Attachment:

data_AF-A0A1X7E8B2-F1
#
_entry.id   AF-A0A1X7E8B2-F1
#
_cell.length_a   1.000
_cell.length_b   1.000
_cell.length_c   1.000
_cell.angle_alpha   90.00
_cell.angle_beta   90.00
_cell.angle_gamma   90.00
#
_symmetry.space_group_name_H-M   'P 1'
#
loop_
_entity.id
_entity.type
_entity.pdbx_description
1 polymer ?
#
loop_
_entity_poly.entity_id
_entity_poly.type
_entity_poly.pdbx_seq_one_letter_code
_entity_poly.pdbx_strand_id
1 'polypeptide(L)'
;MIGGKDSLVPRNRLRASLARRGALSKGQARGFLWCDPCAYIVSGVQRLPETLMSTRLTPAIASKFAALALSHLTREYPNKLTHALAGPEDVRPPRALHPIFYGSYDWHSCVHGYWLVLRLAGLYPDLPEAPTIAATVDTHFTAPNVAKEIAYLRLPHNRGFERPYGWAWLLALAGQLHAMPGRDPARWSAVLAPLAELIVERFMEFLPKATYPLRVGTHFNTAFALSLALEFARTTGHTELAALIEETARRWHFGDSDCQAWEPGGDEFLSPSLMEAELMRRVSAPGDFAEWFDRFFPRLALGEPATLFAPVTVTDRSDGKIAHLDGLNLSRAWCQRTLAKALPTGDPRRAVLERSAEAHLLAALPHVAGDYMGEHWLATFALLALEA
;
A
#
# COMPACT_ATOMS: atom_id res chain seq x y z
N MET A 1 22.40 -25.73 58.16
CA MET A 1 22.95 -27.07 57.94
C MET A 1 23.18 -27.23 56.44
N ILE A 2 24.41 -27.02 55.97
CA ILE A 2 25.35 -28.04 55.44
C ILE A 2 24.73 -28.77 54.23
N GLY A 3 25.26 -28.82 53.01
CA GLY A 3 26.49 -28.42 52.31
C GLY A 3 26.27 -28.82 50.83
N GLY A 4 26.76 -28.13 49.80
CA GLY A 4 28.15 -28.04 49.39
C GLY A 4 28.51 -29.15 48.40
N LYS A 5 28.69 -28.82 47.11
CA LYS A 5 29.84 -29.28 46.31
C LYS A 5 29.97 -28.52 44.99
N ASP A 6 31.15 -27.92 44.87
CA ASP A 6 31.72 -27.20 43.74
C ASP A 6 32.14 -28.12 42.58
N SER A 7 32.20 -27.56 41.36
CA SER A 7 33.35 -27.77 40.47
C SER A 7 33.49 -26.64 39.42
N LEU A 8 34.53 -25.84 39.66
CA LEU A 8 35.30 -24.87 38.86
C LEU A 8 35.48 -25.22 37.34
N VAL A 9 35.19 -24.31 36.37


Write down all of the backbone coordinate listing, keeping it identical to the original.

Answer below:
data_AF-A0A1X7E8B2-F1
#
_entry.id   AF-A0A1X7E8B2-F1
#
_cell.length_a   1.000
_cell.length_b   1.000
_cell.length_c   1.000
_cell.angle_alpha   90.00
_cell.angle_beta   90.00
_cell.angle_gamma   90.00
#
_symmetry.space_group_name_H-M   'P 1'
#
loop_
_entity.id
_entity.type
_entity.pdbx_description
1 polymer ?
#
loop_
_entity_poly.entity_id
_entity_poly.type
_entity_poly.pdbx_seq_one_letter_code
_entity_poly.pdbx_strand_id
1 'polypeptide(L)'
;MIGGKDSLVPRNRLRASLARRGALSKGQARGFLWCDPCAYIVSGVQRLPETLMSTRLTPAIASKFAALALSHLTREYPNKLTHALAGPEDVRPPRALHPIFYGSYDWHSCVHGYWLVLRLAGLYPDLPEAPTIAATVDTHFTAPNVAKEIAYLRLPHNRGFERPYGWAWLLALAGQLHAMPGRDPARWSAVLAPLAELIVERFMEFLPKATYPLRVGTHFNTAFALSLALEFARTTGHTELAALIEETARRWHFGDSDCQAWEPGGDEFLSPSLMEAELMRRVSAPGDFAEWFDRFFPRLALGEPATLFAPVTVTDRSDGKIAHLDGLNLSRAWCQRTLAKALPTGDPRRAVLERSAEAHLLAALPHVAGDYMGEHWLATFALLALEA
;
A
#
# COMPACT_ATOMS: atom_id res chain seq x y z
N MET A 1 22.40 -25.73 58.16
CA MET A 1 22.95 -27.07 57.94
C MET A 1 23.18 -27.23 56.44
N ILE A 2 24.41 -27.02 55.97
CA ILE A 2 25.35 -28.04 55.44
C ILE A 2 24.73 -28.77 54.23
N GLY A 3 25.26 -28.82 53.01
CA GLY A 3 26.49 -28.42 52.31
C GLY A 3 26.27 -28.82 50.83
N GLY A 4 26.76 -28.13 49.80
CA GLY A 4 28.15 -28.04 49.39
C GLY A 4 28.51 -29.15 48.40
N LYS A 5 28.69 -28.82 47.11
CA LYS A 5 29.84 -29.28 46.31
C LYS A 5 29.97 -28.52 44.99
N ASP A 6 31.15 -27.92 44.87
CA ASP A 6 31.72 -27.20 43.74
C ASP A 6 32.14 -28.12 42.58
N SER A 7 32.20 -27.56 41.36
CA SER A 7 33.35 -27.77 40.47
C SER A 7 33.49 -26.64 39.42
N LEU A 8 34.53 -25.84 39.66
CA LEU A 8 35.30 -24.87 38.86
C LEU A 8 35.48 -25.22 37.34
N VAL A 9 35.19 -24.31 36.37